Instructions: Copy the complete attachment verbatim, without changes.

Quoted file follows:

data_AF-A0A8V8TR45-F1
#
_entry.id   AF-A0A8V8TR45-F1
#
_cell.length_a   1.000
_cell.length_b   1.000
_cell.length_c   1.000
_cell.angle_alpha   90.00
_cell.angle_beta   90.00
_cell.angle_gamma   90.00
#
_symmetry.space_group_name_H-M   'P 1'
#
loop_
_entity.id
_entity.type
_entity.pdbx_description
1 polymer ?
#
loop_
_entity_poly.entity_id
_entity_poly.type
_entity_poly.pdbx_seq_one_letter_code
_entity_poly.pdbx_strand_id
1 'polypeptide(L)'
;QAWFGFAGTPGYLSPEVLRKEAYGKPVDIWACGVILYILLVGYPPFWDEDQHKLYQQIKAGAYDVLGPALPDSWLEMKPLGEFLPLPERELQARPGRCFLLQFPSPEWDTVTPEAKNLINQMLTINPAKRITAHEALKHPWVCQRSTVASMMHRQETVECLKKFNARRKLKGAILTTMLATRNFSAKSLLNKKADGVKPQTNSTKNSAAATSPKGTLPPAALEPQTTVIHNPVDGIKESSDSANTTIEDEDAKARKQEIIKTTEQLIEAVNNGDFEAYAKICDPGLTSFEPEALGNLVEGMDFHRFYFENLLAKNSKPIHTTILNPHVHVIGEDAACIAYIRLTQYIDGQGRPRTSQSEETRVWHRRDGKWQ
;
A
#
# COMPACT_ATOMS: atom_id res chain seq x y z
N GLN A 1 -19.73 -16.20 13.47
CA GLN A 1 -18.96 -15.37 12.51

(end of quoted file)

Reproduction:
data_AF-A0A8V8TR45-F1
#
_entry.id   AF-A0A8V8TR45-F1
#
_cell.length_a   1.000
_cell.length_b   1.000
_cell.length_c   1.000
_cell.angle_alpha   90.00
_cell.angle_beta   90.00
_cell.angle_gamma   90.00
#
_symmetry.space_group_name_H-M   'P 1'
#
loop_
_entity.id
_entity.type
_entity.pdbx_description
1 polymer ?
#
loop_
_entity_poly.entity_id
_entity_poly.type
_entity_poly.pdbx_seq_one_letter_code
_entity_poly.pdbx_strand_id
1 'polypeptide(L)'
;QAWFGFAGTPGYLSPEVLRKEAYGKPVDIWACGVILYILLVGYPPFWDEDQHKLYQQIKAGAYDVLGPALPDSWLEMKPLGEFLPLPERELQARPGRCFLLQFPSPEWDTVTPEAKNLINQMLTINPAKRITAHEALKHPWVCQRSTVASMMHRQETVECLKKFNARRKLKGAILTTMLATRNFSAKSLLNKKADGVKPQTNSTKNSAAATSPKGTLPPAALEPQTTVIHNPVDGIKESSDSANTTIEDEDAKARKQEIIKTTEQLIEAVNNGDFEAYAKICDPGLTSFEPEALGNLVEGMDFHRFYFENLLAKNSKPIHTTILNPHVHVIGEDAACIAYIRLTQYIDGQGRPRTSQSEETRVWHRRDGKWQ
;
A
#
# COMPACT_ATOMS: atom_id res chain seq x y z
N GLN A 1 -19.73 -16.20 13.47
CA GLN A 1 -18.96 -15.37 12.51